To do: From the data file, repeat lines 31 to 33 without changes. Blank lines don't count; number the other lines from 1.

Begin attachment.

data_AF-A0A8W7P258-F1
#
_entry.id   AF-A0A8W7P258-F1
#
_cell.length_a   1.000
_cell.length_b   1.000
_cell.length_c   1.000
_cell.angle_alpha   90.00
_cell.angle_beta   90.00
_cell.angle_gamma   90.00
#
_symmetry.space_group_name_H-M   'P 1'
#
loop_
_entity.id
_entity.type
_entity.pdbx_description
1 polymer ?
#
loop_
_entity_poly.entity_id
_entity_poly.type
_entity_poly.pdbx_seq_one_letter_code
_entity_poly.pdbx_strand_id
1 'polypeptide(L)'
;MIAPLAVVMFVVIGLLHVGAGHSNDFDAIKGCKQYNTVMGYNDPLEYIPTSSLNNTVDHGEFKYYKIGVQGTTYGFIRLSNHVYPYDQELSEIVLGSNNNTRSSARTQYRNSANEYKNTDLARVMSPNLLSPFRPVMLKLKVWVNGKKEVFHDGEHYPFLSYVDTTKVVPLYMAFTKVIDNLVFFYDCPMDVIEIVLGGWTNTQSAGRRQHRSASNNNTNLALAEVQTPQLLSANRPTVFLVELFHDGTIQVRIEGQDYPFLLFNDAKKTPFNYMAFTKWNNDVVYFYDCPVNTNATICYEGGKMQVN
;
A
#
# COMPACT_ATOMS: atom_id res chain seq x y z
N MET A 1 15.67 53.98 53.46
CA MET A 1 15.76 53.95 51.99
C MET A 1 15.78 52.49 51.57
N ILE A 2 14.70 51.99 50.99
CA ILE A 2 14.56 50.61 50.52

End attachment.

N MET A 1 15.67 53.98 53.46
CA MET A 1 15.76 53.95 51.99
C MET A 1 15.78 52.49 51.57